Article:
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Blackberry CEO John Chen at the launch of the new Blackberry Z3 smartphone in Indonesia last month. Achmad Ibrahim/AP/Press Association Images
turn up for the books

Blackberry surprises everyone by making a profit

The company was expected to continue making a loss as it changes from hardware to services, but it managed to surprise everyone by reporting a net profit of €16.8 million in the latest quarter.

BLACKBERRY SURPRISED WALL Street by posting results that beat analyst’s expectations.

Shares rose almost 12% in premarket trading as CEO John Chen cut expenses quicker than expected.

The embattled smartphone company reported net income of $23 million (€16.8 million) for the three months ended 31 May. It had reported a loss of $84 million (€61.6 million) a year ago.

Excluding unusual items, its adjusted loss was 11 cents per share in the latest period. Analysts surveyed by FactSet expected a loss of 35 cents per share.

Revenue fell to $966 million (€709 million) compared with $3.07 billion (€2.25 billion) a year ago. Analysts expected $961.7 million (€705 million).

Shares rose 99 cents, or 11.9%, to $9.29 in premarket trading an hour before US markets open.

“We are getting very close to making money or at least break even on hardware. Not quite there yet, but close,” Chen said on a conference call with analysts.

It is the third quarterly results under Chen, who is de-emphasising the hardware business after last year’s launch of the BlackBerry 10 failed to spark a turnaround. The BlackBerry has been hammered by competition from the iPhone as well as Android-based rivals.

“He’s doing exactly what John Chen should be doing. He’s right sizing the business to fit demand. He is focused in the areas where he is still relevant. He’s cut partnerships to shore up weaknesses,” said Colin Gillis, an analyst at BGC Partners.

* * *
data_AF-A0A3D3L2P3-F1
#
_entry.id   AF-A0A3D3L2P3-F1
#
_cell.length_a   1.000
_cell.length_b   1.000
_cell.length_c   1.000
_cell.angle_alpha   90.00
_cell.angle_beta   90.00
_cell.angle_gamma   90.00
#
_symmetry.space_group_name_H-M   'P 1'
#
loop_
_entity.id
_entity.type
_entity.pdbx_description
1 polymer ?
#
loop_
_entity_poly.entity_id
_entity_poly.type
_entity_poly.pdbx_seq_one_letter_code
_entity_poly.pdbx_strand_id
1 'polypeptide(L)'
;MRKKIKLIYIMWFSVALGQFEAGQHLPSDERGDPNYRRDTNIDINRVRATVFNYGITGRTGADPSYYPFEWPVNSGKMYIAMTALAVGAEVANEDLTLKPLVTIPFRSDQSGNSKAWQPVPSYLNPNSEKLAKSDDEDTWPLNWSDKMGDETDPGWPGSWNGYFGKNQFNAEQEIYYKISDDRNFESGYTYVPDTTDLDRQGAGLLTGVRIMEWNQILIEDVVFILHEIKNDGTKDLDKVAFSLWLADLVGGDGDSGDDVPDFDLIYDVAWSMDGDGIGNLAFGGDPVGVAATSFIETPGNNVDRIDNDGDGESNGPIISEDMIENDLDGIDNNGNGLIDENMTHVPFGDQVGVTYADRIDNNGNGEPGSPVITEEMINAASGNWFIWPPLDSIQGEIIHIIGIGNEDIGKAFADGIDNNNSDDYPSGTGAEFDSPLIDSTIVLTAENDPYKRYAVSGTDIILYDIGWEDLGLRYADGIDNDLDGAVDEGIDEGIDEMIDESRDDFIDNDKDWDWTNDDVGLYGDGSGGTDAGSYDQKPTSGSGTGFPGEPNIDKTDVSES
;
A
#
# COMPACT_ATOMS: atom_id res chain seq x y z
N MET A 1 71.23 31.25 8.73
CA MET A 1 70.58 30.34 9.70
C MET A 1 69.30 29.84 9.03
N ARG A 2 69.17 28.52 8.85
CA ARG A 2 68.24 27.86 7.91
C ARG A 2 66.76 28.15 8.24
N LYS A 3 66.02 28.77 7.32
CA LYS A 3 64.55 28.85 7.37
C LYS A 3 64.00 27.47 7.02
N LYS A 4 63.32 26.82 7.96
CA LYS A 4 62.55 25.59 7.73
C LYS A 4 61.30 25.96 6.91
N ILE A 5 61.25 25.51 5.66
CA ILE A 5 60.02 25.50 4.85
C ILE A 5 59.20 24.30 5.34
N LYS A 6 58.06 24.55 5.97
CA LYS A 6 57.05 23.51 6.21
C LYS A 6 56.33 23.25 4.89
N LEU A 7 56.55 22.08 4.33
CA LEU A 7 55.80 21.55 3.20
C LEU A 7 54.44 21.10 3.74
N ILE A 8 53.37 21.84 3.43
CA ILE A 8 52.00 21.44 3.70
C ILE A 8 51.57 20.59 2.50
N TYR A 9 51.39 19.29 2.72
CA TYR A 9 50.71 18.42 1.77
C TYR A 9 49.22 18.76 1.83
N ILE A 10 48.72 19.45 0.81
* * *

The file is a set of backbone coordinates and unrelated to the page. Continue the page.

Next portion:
“If they can get this business where they are selling a million phones a month they’ll be a nice little niche. It will be a nice little profitable business.”

BlackBerry sold 2.6 million phones in the quarter and reported cash and investments of $3.1 billion (€227 billion).

Focusing on software

Chen said the company will launch a new keyboard smartphone model called the BlackBerry Passport in London in September followed by the previously announced Classic in November.

Chen, who is credited with turning around Sybase, a data company that was sold to SAP in 2010, has been putting more emphasis on BlackBerry’s mobile device management business, a collection of software that allows IT departments to manage different devices connected to their corporate networks.

He is also emphasising BlackBerry’s popular BlackBerry Messenger app that is now also available on Apple and Android devices. And he is trying to highlight Blackberry’s embedded QNX software systems, which are used in-vehicle infotainment systems and industrial machines.

BlackBerry recently announced that it is adding the Amazon Appstore to its phones. That will give users of the BlackBerry 10.3 operating system easy access to thousands more of the most popular Android apps and games. The struggling smartphone maker has been criticised for the lack of applications available for its devices.

BlackBerry announced last December that it’s entering into a five-year partnership with Foxconn, the Taiwanese company that assembles products in vast factories in China. Foxconn, known for its manufacturing contract work on Apple’s iPhones and iPads, will jointly design and manufacture most BlackBerry devices and manage inventory of the devices in an agreement that will offload much of BlackBerry’s manufacturing costs.

Chen has said for months that he’ll be happy to break even or make a small profit on the device business.

Read: Your next smartphone could have security features built into the glass >

Read: Amazon enters the mobile market by launching head-tracking smartphone >

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